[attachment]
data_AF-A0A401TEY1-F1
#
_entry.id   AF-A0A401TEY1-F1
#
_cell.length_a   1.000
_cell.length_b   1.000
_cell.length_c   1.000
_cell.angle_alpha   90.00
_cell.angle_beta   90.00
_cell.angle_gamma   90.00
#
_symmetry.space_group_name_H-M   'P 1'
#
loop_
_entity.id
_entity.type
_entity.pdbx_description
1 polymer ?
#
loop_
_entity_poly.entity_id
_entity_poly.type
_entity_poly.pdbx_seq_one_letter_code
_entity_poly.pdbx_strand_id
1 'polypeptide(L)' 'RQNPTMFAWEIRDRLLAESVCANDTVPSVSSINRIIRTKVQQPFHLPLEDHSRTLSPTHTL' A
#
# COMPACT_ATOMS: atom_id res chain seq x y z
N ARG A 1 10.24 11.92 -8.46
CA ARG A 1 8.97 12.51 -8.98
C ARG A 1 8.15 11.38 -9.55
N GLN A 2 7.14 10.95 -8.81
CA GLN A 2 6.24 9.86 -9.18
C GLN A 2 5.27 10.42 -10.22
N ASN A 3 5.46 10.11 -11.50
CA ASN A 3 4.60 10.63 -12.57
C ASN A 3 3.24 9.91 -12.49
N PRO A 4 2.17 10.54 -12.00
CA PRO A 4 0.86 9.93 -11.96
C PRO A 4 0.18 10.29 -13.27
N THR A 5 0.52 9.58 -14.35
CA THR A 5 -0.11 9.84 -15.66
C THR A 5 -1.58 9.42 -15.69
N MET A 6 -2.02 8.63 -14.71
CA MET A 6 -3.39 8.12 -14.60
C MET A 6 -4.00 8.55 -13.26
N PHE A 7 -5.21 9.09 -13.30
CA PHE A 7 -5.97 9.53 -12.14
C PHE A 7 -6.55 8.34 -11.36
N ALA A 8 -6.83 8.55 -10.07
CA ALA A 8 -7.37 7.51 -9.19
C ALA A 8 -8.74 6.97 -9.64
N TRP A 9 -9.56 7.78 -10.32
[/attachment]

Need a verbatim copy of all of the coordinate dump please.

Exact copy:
data_AF-A0A401TEY1-F1
#
_entry.id   AF-A0A401TEY1-F1
#
_cell.length_a   1.000
_cell.length_b   1.000
_cell.length_c   1.000
_cell.angle_alpha   90.00
_cell.angle_beta   90.00
_cell.angle_gamma   90.00
#
_symmetry.space_group_name_H-M   'P 1'
#
loop_
_entity.id
_entity.type
_entity.pdbx_description
1 polymer ?
#
loop_
_entity_poly.entity_id
_entity_poly.type
_entity_poly.pdbx_seq_one_letter_code
_entity_poly.pdbx_strand_id
1 'polypeptide(L)' 'RQNPTMFAWEIRDRLLAESVCANDTVPSVSSINRIIRTKVQQPFHLPLEDHSRTLSPTHTL' A
#
# COMPACT_ATOMS: atom_id res chain seq x y z
N ARG A 1 10.24 11.92 -8.46
CA ARG A 1 8.97 12.51 -8.98
C ARG A 1 8.15 11.38 -9.55
N GLN A 2 7.14 10.95 -8.81
CA GLN A 2 6.24 9.86 -9.18
C GLN A 2 5.27 10.42 -10.22
N ASN A 3 5.46 10.11 -11.50
CA ASN A 3 4.60 10.63 -12.57
C ASN A 3 3.24 9.91 -12.49
N PRO A 4 2.17 10.54 -12.00
CA PRO A 4 0.86 9.93 -11.96
C PRO A 4 0.18 10.29 -13.27
N THR A 5 0.52 9.58 -14.35
CA THR A 5 -0.11 9.84 -15.66
C THR A 5 -1.58 9.42 -15.69
N MET A 6 -2.02 8.63 -14.71
CA MET A 6 -3.39 8.12 -14.60
C MET A 6 -4.00 8.55 -13.26
N PHE A 7 -5.21 9.09 -13.30
CA PHE A 7 -5.97 9.53 -12.14
C PHE A 7 -6.55 8.34 -11.36
N ALA A 8 -6.83 8.55 -10.07
CA ALA A 8 -7.37 7.51 -9.19
C ALA A 8 -8.74 6.97 -9.64
N TRP A 9 -9.56 7.78 -10.32